After a very successful, all inclusive trip to Spain with Monsterclimbs in October 2009, Chris, Helen and Lou, requested the services of Monsterclimbs for a repeat trip in October 2010.
On returning to the UK in 2009, Lou, who had damaged her cruciate ligament the week before the trip, had to face surgery and then months of physiotherapy. Fortunately for Lou, by the time October came round she was fighting fit and ready for action and looking forward to a major route on the Penon, the 1000’ rock jewel of the Costa Blanca. Having missed out the previous year Lou was aching to experience climbing on such a huge scale.
The build up to the Penon included trips to Toix Oeste, Toix TV and the Echo Cliffs. The gang were keen to improve their leading skills and lead both sport and trad up to 6a and VS trad.
They also followed some harder sport and trad routes, particularly enjoying the steeper trad routes with greater friction. Lou had a bit of a cry seconding a sport 6b, but it was out of frustration on the stopper bulge.
The weather was amazing during their stay and they managed to cram in 7 and a half days of climbing.
Day 4 they were up at 6 a.m. and at the bottom of the Penon by 8a.m. It was a beautiful day. They dressed for warm weather and carried light packs with essential water and snacks for a quick ascent.
Their objective was Diedre UBSA, one of the classic, original routes on the Penon; ten pitches at HVS 5a, with an abseil at pitch 7.
Tony led off with Helen, using one rope and stayed a pitch ahead, whilst Ali led off with Chris and Lou using two ropes. All three found the climb exciting and exhilarating. Chris had thought that he might have the opportunity to lead one or two of the pitches, but although the climbing was suited to Chris’ style and ability, he found the route extremely run out, which put him off.
Diedre UBSA has been re-equipped to a great extent with bolts and threads, but they are often 15 to 20 feet apart, so it is a good idea to have a couple of grades in hand so you do not lose your nerve whilst leading it.
The route is very adventurous, following obvious lines in some places, then having to use your route finding skills in others, where the gear is spaced apart and it’s not very clear where the route goes. At the top of pitch 6 there is a lower or abseil for 25 feet and a traverse to the next belay, which everyone found thrilling.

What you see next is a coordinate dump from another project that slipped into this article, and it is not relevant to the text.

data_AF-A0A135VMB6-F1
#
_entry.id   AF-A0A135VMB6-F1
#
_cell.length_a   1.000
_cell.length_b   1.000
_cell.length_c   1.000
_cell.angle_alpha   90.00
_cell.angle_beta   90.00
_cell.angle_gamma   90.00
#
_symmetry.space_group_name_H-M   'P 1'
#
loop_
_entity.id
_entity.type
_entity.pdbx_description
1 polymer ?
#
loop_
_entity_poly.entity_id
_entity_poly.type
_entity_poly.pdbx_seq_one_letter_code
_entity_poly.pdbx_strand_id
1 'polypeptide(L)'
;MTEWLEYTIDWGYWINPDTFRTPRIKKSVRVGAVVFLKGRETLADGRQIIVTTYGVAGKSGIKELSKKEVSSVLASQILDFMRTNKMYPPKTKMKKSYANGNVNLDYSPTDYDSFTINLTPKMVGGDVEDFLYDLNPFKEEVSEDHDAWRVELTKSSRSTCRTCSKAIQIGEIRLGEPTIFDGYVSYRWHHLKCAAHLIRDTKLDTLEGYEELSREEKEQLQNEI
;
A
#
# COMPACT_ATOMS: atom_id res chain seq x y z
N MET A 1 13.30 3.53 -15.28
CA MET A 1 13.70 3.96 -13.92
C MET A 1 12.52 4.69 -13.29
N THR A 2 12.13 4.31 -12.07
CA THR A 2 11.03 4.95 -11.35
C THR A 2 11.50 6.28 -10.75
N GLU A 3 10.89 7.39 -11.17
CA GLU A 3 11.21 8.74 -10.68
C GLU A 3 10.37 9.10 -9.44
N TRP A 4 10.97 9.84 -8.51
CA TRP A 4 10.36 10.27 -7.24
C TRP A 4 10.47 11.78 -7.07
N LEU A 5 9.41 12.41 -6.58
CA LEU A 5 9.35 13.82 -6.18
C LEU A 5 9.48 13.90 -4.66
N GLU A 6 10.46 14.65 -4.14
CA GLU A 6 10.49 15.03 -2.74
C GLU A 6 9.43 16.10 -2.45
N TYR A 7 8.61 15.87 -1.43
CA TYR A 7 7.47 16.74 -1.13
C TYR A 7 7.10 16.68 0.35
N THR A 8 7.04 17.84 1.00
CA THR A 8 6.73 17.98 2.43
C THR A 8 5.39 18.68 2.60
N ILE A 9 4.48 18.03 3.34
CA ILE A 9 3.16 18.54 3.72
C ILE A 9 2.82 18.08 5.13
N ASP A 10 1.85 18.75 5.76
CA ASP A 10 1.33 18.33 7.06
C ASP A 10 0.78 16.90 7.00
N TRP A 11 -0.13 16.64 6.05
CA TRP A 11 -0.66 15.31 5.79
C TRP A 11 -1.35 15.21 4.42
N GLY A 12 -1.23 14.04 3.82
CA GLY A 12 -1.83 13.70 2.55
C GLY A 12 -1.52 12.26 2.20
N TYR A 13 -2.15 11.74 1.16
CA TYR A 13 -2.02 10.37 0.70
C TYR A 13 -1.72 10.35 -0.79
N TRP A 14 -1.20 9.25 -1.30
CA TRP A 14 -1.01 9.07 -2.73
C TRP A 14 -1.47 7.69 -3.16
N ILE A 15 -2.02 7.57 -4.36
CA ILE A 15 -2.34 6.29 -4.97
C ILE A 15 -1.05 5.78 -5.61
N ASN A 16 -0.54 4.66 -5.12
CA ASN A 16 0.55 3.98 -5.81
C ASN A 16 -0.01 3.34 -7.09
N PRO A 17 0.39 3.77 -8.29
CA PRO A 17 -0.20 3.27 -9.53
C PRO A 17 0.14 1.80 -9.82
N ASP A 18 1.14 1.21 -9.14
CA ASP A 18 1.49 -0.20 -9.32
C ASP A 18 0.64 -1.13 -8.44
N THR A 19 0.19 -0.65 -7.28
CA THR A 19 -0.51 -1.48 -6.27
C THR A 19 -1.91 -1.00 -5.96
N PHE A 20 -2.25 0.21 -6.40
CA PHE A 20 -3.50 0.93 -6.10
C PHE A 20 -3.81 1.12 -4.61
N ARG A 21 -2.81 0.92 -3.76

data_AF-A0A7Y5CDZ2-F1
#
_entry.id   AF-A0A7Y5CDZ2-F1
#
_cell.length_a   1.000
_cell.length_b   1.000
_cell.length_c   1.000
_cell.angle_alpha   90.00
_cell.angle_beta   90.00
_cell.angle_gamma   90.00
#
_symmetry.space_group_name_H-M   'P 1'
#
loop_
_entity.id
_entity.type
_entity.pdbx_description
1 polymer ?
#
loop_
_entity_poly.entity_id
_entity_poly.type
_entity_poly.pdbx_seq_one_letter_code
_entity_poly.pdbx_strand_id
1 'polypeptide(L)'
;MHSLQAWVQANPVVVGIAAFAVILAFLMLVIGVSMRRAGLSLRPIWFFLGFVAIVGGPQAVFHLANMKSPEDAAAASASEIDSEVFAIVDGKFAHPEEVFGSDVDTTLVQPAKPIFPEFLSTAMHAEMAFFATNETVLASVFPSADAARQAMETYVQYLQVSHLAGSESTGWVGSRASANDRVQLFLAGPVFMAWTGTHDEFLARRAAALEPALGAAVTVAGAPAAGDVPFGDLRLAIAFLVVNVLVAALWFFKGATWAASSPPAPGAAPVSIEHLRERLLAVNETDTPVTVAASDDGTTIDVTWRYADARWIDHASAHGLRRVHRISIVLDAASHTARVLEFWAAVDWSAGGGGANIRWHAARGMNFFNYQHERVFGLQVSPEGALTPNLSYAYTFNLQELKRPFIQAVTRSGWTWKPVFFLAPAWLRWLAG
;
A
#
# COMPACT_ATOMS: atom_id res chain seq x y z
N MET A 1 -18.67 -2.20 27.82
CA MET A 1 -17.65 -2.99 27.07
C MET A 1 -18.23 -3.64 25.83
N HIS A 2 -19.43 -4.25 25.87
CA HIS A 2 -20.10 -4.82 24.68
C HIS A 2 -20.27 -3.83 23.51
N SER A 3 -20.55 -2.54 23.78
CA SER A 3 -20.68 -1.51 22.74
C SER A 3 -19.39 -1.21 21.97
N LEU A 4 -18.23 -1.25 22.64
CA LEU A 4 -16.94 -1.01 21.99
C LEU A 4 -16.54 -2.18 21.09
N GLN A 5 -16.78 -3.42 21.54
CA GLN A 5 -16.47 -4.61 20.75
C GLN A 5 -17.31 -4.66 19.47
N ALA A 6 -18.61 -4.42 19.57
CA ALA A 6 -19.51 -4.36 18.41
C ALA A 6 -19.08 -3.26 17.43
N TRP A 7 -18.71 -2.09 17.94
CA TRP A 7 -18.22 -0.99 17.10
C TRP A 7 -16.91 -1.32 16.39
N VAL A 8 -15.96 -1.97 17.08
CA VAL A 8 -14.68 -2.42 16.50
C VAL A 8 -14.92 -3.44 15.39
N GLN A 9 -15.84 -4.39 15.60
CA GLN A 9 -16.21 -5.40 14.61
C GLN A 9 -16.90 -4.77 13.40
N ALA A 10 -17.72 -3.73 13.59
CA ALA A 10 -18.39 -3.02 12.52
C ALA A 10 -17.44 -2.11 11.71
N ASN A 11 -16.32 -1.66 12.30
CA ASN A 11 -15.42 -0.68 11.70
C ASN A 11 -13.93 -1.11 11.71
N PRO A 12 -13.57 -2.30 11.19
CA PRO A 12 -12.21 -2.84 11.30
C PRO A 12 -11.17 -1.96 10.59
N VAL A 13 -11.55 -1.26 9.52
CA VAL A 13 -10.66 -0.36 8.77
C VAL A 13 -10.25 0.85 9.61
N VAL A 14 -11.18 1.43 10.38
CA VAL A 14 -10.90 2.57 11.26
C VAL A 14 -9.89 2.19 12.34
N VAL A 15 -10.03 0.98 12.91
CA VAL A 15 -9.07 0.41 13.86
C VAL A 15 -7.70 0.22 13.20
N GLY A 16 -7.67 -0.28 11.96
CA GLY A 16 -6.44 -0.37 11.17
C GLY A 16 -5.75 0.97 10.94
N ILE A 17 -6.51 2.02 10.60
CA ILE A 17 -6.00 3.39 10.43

Having good rope management skills is essential on this type of climb. An airy, exposed penultimate pitch leads to a very easy finish. And a long walk off leads to the bar and a rewarding and refreshing beer.
The remaining days took them to Gandia (the hottest day of the week and climbing was abandoned in search of ice creams), back to Toix Oeste where Chris, Helen and Lou took the plunge and went multi-pitch climbing unguided by the monsters. They were amazing, taking control and responsibility for one another their confidence blossomed as they flew solo.
They all spent a day at The Castellets, where they were overwhelmed by the raw beauty of their environment and by the quality of the climbing.
The crag has only recently been developed by Mark and Rowland Edwards who have lived in Finestrat for many years and have developed many new climbs in this area.
The rock, therefore is pristine, sharp with awesome friction, and not a polished hold in sight. The area has many unclimbed lines and holds great potential.
Chris, Helen and Lou loved it, though they weren’t used to such sharp rock and left with a few flappers, but with some excellent leads under their belts.
Their final day took them back to the Echo Cliffs, probably their favourite crag, with its mix of sport and trad routes. Lou had trouble falling off until a ghecko leapt onto her hair whilst she was climbing and she threw herself screaming into the air without a second thought. Result!
The brilliant week came to an end; Helen Lou and Chris had moved on so much; confident and independent: Have they flown the monster nest?